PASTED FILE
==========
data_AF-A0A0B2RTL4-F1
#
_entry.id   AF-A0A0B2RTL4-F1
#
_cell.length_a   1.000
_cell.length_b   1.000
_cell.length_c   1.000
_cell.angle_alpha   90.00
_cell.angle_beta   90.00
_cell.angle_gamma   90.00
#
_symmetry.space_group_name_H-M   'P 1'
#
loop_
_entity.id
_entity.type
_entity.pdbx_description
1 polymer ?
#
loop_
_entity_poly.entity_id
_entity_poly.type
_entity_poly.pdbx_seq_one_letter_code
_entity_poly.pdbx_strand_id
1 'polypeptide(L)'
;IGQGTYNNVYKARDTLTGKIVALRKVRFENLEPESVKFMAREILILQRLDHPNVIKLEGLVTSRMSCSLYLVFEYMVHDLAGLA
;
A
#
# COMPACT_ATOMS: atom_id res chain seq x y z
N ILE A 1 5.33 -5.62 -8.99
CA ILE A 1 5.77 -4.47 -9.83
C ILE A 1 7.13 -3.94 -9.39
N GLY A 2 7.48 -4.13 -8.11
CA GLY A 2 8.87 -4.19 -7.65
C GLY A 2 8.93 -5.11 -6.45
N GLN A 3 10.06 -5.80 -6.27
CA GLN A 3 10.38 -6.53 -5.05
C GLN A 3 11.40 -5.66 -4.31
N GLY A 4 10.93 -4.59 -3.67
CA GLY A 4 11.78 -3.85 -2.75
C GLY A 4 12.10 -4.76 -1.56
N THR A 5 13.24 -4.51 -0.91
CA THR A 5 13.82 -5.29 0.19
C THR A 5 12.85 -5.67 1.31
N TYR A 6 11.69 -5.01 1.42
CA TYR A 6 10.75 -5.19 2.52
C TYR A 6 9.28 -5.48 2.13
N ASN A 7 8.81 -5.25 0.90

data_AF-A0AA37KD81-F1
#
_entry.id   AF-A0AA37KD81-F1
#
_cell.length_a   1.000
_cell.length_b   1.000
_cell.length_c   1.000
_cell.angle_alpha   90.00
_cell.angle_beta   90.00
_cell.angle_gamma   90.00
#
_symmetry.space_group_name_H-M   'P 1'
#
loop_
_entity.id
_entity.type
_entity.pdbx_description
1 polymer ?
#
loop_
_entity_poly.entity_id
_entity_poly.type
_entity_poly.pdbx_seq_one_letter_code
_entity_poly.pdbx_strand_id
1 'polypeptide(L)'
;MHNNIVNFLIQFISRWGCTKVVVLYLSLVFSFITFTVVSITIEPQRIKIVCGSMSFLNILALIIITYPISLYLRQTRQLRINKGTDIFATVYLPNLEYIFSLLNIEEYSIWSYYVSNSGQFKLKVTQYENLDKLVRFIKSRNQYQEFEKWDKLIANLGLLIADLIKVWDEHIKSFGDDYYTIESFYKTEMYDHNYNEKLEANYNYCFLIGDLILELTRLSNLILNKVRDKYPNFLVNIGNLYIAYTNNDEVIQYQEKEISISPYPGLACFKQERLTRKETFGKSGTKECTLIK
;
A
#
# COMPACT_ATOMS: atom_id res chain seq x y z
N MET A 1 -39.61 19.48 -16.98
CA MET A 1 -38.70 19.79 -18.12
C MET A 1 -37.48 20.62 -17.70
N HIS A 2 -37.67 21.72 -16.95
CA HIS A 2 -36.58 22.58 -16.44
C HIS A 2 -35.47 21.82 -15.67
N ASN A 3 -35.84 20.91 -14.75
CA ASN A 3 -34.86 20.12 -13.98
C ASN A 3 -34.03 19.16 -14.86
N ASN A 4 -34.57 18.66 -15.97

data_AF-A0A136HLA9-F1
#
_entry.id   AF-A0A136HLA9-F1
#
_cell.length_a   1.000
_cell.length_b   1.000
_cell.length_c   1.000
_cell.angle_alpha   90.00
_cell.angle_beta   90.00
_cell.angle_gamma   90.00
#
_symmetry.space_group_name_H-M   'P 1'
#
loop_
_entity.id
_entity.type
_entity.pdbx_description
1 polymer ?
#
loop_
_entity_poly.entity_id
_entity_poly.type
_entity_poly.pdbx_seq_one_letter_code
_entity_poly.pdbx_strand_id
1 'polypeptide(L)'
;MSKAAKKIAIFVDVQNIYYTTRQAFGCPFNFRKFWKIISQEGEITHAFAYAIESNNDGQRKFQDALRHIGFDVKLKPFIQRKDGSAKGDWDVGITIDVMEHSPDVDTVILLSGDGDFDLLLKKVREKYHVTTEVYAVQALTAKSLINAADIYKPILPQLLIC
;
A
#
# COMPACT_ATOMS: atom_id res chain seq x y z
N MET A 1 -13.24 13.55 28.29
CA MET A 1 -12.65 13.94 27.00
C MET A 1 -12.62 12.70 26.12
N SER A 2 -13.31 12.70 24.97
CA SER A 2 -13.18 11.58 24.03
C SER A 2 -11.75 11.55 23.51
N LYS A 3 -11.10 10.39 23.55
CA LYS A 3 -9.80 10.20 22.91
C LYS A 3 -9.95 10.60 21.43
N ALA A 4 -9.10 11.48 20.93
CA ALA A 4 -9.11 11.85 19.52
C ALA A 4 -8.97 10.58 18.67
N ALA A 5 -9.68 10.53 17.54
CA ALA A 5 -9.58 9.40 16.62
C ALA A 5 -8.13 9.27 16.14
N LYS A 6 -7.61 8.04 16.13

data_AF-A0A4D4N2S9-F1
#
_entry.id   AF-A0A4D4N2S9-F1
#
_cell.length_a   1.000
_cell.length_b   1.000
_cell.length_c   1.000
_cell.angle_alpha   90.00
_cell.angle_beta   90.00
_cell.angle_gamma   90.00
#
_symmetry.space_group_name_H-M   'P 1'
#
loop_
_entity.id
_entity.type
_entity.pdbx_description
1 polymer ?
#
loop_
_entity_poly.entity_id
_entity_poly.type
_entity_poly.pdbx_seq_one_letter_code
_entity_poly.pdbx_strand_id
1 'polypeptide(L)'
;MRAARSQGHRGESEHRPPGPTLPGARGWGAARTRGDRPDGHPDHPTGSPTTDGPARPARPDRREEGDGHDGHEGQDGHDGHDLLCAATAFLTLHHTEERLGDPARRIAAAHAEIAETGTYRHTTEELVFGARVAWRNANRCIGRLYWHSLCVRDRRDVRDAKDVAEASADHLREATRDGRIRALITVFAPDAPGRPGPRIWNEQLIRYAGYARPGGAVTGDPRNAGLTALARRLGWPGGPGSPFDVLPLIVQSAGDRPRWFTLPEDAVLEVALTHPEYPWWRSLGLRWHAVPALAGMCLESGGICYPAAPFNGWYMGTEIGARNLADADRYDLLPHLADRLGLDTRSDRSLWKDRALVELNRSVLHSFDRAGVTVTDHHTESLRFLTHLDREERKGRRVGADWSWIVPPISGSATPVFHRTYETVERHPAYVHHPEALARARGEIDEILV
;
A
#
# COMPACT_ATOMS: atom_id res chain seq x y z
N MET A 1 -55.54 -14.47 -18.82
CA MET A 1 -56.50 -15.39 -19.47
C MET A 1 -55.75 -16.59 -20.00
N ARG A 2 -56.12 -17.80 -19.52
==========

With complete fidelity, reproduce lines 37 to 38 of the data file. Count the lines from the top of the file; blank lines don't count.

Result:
N GLN A 3 10.06 -5.80 -6.27
CA GLN A 3 10.38 -6.53 -5.05